With anything, there are always some outliers who chose to heed some of the regulatory guidelines around advertising. Should individuals find instances of suspected misleading practices, there is an online tool to submit complaints for Health Canada to review. The complaints are prioritized and acted on based on the risk that they pose.

As you take steps to understand this complex marketing space, there may be many things that remain unclear. Advertising practices are plenty and frequently changing, and having the quality level expertise can help ensure you are up to date on the most current regulatory information.

Our Experts at Quality Smart Solutions can offer support to your needs for foods, cosmetics, OTC drugs and medical devices for North America.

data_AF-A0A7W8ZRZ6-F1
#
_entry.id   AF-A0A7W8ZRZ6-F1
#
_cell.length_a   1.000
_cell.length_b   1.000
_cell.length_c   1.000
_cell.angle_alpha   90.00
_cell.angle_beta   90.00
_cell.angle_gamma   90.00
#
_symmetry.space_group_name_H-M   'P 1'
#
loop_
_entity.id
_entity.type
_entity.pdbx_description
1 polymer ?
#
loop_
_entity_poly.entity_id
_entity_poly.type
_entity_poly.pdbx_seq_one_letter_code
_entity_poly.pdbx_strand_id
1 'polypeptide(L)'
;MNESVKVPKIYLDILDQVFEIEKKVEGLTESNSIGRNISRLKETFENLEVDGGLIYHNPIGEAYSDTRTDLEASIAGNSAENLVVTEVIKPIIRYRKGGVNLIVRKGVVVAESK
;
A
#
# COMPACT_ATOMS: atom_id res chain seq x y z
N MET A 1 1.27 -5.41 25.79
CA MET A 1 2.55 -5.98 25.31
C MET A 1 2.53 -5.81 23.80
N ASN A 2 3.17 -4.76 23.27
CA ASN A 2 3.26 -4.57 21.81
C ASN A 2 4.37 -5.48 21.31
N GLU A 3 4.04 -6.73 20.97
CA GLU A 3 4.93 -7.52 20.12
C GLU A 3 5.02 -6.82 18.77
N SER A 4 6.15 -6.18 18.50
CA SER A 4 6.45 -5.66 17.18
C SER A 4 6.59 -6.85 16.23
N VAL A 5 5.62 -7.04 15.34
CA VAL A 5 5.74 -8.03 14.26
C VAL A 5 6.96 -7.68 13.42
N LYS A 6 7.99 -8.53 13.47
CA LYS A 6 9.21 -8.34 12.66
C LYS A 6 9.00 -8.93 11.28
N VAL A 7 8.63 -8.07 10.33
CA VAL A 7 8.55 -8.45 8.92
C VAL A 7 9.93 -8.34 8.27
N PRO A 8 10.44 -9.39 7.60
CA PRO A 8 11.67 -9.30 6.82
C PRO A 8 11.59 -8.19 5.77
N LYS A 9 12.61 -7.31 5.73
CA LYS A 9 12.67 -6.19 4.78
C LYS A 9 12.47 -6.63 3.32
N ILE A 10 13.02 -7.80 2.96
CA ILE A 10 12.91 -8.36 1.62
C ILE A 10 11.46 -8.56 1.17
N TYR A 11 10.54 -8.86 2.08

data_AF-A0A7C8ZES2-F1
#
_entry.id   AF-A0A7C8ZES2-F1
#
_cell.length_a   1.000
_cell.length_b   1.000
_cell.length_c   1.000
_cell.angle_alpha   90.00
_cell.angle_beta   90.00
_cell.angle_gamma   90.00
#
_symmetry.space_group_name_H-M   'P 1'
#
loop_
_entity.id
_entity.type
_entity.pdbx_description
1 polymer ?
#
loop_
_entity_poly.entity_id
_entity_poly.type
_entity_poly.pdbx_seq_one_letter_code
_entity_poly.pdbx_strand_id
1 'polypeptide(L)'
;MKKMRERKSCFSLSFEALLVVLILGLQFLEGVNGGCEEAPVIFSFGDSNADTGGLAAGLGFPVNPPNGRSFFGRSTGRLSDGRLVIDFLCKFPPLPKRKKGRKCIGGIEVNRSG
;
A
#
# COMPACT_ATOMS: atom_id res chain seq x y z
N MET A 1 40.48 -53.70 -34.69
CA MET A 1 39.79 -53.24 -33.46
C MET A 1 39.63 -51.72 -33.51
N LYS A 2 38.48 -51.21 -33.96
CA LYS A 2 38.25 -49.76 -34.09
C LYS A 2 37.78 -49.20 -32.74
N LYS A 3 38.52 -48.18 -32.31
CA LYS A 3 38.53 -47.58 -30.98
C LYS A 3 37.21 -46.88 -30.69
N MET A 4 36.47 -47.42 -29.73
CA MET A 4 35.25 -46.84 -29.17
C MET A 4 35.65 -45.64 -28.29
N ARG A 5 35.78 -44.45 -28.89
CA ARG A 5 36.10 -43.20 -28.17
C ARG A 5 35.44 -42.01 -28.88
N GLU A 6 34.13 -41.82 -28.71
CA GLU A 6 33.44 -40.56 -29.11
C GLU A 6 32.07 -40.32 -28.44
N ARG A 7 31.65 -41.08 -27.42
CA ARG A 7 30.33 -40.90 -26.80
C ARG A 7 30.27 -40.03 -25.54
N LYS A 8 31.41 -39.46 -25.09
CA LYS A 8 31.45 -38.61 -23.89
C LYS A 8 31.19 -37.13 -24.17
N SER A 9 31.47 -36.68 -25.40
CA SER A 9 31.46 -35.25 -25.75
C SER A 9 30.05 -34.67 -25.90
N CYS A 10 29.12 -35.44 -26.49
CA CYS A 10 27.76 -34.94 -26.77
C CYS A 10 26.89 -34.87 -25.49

Contact us today to learn more about how we can support your compliance needs during and after licensing!



Performance Standards for NHP Applications

The coronavirus-19 (COVID-19) pandemic has had a long-lasting effect on many of the processes done in business and everyday life. One of the resulting main effects is delays in application processing times. From simple applications such as passports to larger-scale applications such as NHP licensing.

Prior to the pandemic, Natural and Non-Prescription Health Products Directorate (NNHPD) had a well-established service standard for Class I, II and III applications, which is outlined in the Management of Application Policy (MAP) guidance as shown below:

As the focus had started to shift to prioritize COVID-related product applications, a resultant de-prioritization of the non-COVID-related applications occurred. Not surprisingly, the volume of priority applications began to create a backlog on the non-priority product, site, and post-license submissions, thereby increasing the service standards. Within the past year, NNHPD has managed to achieve the following:

  • NNHPD licensed 4,290 new alcohol-based hand sanitizers and issued 2,054 interim Covid site licenses.